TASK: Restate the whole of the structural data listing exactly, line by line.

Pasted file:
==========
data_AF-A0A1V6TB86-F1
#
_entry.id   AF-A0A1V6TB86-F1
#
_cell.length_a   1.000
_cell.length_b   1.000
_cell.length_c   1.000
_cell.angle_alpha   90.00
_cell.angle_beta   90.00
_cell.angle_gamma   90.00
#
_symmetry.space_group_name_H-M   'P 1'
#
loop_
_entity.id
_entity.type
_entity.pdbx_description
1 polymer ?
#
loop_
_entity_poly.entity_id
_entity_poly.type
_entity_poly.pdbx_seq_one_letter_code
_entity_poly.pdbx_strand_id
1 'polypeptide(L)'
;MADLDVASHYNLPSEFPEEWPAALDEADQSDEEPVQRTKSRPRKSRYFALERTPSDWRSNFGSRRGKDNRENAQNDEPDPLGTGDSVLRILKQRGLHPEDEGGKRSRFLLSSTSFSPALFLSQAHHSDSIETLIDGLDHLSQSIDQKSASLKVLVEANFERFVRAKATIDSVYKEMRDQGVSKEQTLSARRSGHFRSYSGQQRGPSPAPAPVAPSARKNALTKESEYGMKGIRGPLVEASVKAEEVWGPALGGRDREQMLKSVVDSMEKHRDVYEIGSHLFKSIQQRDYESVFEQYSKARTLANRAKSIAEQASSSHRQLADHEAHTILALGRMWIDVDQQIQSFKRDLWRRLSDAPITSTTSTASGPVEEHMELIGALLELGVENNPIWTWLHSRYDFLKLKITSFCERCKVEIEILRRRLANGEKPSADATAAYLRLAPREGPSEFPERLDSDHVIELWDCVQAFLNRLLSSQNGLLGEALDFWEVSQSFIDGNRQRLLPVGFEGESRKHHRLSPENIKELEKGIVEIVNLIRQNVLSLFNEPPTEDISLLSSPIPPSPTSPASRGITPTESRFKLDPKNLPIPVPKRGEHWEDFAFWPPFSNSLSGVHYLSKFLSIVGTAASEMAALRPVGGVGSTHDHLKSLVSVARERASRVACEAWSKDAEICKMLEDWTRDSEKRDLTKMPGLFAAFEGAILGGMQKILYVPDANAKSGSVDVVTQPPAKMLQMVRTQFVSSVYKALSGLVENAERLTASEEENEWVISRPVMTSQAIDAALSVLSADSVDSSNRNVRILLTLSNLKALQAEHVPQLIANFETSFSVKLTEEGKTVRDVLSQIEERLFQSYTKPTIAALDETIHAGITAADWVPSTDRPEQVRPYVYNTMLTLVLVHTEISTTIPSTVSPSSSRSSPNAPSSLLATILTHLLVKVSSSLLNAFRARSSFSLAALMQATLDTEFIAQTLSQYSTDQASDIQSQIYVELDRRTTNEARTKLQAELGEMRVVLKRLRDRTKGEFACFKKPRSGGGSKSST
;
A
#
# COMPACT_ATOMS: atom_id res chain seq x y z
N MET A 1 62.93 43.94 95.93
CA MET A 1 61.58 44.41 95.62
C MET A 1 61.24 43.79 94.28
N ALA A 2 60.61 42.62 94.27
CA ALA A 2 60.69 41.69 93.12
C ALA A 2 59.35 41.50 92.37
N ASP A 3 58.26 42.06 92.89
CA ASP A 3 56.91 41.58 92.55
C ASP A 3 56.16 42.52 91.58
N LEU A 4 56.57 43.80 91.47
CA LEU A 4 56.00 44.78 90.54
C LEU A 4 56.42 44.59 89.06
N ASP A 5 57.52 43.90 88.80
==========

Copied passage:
data_AF-A0A1V6TB86-F1
#
_entry.id   AF-A0A1V6TB86-F1
#
_cell.length_a   1.000
_cell.length_b   1.000
_cell.length_c   1.000
_cell.angle_alpha   90.00
_cell.angle_beta   90.00
_cell.angle_gamma   90.00
#
_symmetry.space_group_name_H-M   'P 1'
#
loop_
_entity.id
_entity.type
_entity.pdbx_description
1 polymer ?
#
loop_
_entity_poly.entity_id
_entity_poly.type
_entity_poly.pdbx_seq_one_letter_code
_entity_poly.pdbx_strand_id
1 'polypeptide(L)'
;MADLDVASHYNLPSEFPEEWPAALDEADQSDEEPVQRTKSRPRKSRYFALERTPSDWRSNFGSRRGKDNRENAQNDEPDPLGTGDSVLRILKQRGLHPEDEGGKRSRFLLSSTSFSPALFLSQAHHSDSIETLIDGLDHLSQSIDQKSASLKVLVEANFERFVRAKATIDSVYKEMRDQGVSKEQTLSARRSGHFRSYSGQQRGPSPAPAPVAPSARKNALTKESEYGMKGIRGPLVEASVKAEEVWGPALGGRDREQMLKSVVDSMEKHRDVYEIGSHLFKSIQQRDYESVFEQYSKARTLANRAKSIAEQASSSHRQLADHEAHTILALGRMWIDVDQQIQSFKRDLWRRLSDAPITSTTSTASGPVEEHMELIGALLELGVENNPIWTWLHSRYDFLKLKITSFCERCKVEIEILRRRLANGEKPSADATAAYLRLAPREGPSEFPERLDSDHVIELWDCVQAFLNRLLSSQNGLLGEALDFWEVSQSFIDGNRQRLLPVGFEGESRKHHRLSPENIKELEKGIVEIVNLIRQNVLSLFNEPPTEDISLLSSPIPPSPTSPASRGITPTESRFKLDPKNLPIPVPKRGEHWEDFAFWPPFSNSLSGVHYLSKFLSIVGTAASEMAALRPVGGVGSTHDHLKSLVSVARERASRVACEAWSKDAEICKMLEDWTRDSEKRDLTKMPGLFAAFEGAILGGMQKILYVPDANAKSGSVDVVTQPPAKMLQMVRTQFVSSVYKALSGLVENAERLTASEEENEWVISRPVMTSQAIDAALSVLSADSVDSSNRNVRILLTLSNLKALQAEHVPQLIANFETSFSVKLTEEGKTVRDVLSQIEERLFQSYTKPTIAALDETIHAGITAADWVPSTDRPEQVRPYVYNTMLTLVLVHTEISTTIPSTVSPSSSRSSPNAPSSLLATILTHLLVKVSSSLLNAFRARSSFSLAALMQATLDTEFIAQTLSQYSTDQASDIQSQIYVELDRRTTNEARTKLQAELGEMRVVLKRLRDRTKGEFACFKKPRSGGGSKSST
;
A
#
# COMPACT_ATOMS: atom_id res chain seq x y z
N MET A 1 62.93 43.94 95.93
CA MET A 1 61.58 44.41 95.62
C MET A 1 61.24 43.79 94.28
N ALA A 2 60.61 42.62 94.27
CA ALA A 2 60.69 41.69 93.12
C ALA A 2 59.35 41.50 92.37
N ASP A 3 58.26 42.06 92.89
CA ASP A 3 56.91 41.58 92.55
C ASP A 3 56.16 42.52 91.58
N LEU A 4 56.57 43.80 91.47
CA LEU A 4 56.00 44.78 90.54
C LEU A 4 56.42 44.59 89.06
N ASP A 5 57.52 43.90 88.80